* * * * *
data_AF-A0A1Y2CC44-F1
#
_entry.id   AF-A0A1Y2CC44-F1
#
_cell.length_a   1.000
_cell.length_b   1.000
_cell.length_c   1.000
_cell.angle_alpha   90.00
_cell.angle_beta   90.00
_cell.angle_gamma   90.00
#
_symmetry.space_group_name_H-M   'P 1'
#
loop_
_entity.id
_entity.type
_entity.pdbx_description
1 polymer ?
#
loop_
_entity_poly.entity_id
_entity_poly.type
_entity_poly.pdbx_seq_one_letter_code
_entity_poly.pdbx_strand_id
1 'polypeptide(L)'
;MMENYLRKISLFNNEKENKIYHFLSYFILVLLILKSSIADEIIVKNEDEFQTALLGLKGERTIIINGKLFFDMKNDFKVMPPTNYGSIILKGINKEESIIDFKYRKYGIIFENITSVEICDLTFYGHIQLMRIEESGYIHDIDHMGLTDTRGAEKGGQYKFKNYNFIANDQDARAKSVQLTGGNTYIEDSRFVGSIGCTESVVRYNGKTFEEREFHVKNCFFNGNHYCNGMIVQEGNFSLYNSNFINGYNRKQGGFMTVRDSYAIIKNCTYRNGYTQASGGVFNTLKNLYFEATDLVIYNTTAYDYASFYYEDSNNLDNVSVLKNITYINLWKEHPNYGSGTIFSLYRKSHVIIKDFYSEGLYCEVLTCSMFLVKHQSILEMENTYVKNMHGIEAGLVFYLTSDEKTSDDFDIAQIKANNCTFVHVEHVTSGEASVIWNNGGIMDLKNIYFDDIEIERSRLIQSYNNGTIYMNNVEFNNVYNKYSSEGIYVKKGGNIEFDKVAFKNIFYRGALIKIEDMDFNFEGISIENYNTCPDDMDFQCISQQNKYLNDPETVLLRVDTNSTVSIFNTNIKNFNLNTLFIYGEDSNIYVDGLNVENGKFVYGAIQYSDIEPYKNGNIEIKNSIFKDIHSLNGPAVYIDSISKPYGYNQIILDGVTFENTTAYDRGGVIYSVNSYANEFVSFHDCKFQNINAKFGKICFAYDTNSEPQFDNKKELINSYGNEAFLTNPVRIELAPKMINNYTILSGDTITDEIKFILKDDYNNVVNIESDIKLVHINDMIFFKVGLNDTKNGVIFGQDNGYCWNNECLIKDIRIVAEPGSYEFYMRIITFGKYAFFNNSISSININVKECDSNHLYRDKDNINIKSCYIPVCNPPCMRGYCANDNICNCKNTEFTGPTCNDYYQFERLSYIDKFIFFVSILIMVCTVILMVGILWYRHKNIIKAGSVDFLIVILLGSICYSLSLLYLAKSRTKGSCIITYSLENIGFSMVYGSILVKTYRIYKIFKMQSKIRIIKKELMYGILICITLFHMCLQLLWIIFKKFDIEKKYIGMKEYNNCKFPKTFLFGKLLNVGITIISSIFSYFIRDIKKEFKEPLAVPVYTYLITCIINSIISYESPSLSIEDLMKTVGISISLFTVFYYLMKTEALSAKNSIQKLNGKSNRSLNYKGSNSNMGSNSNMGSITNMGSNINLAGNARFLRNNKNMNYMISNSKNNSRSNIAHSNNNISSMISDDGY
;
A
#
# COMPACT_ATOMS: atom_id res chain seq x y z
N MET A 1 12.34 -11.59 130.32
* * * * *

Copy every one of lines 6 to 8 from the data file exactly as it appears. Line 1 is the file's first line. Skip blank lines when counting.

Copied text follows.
_cell.length_b   1.000
_cell.length_c   1.000
_cell.angle_alpha   90.00